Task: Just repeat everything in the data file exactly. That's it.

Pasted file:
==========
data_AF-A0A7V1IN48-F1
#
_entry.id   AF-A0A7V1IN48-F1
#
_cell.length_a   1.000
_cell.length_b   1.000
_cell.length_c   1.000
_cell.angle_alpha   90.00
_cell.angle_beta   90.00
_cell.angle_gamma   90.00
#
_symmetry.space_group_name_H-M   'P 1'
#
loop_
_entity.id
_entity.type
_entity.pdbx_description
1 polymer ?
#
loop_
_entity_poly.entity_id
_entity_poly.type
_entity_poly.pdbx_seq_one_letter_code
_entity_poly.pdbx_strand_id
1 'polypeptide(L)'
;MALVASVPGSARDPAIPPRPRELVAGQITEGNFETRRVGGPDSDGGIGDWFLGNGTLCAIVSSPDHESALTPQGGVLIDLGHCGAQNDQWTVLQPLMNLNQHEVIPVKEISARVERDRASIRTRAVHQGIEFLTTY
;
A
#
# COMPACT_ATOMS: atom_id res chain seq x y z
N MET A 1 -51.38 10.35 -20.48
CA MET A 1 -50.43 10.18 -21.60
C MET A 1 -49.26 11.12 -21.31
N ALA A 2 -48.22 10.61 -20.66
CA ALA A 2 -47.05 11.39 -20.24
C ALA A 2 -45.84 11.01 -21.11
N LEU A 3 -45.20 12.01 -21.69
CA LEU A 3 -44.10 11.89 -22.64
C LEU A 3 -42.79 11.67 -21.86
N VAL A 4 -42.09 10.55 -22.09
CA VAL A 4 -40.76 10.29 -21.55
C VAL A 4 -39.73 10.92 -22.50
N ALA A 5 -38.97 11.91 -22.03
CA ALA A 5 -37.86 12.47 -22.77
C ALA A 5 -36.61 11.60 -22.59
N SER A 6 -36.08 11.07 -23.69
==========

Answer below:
data_AF-A0A7V1IN48-F1
#
_entry.id   AF-A0A7V1IN48-F1
#
_cell.length_a   1.000
_cell.length_b   1.000
_cell.length_c   1.000
_cell.angle_alpha   90.00
_cell.angle_beta   90.00
_cell.angle_gamma   90.00
#
_symmetry.space_group_name_H-M   'P 1'
#
loop_
_entity.id
_entity.type
_entity.pdbx_description
1 polymer ?
#
loop_
_entity_poly.entity_id
_entity_poly.type
_entity_poly.pdbx_seq_one_letter_code
_entity_poly.pdbx_strand_id
1 'polypeptide(L)'
;MALVASVPGSARDPAIPPRPRELVAGQITEGNFETRRVGGPDSDGGIGDWFLGNGTLCAIVSSPDHESALTPQGGVLIDLGHCGAQNDQWTVLQPLMNLNQHEVIPVKEISARVERDRASIRTRAVHQGIEFLTTY
;
A
#
# COMPACT_ATOMS: atom_id res chain seq x y z
N MET A 1 -51.38 10.35 -20.48
CA MET A 1 -50.43 10.18 -21.60
C MET A 1 -49.26 11.12 -21.31
N ALA A 2 -48.22 10.61 -20.66
CA ALA A 2 -47.05 11.39 -20.24
C ALA A 2 -45.84 11.01 -21.11
N LEU A 3 -45.20 12.01 -21.69
CA LEU A 3 -44.10 11.89 -22.64
C LEU A 3 -42.79 11.67 -21.86
N VAL A 4 -42.09 10.55 -22.09
CA VAL A 4 -40.76 10.29 -21.55
C VAL A 4 -39.73 10.92 -22.50
N ALA A 5 -38.97 11.91 -22.03
CA ALA A 5 -37.86 12.47 -22.77
C ALA A 5 -36.61 11.60 -22.59
N SER A 6 -36.08 11.07 -23.69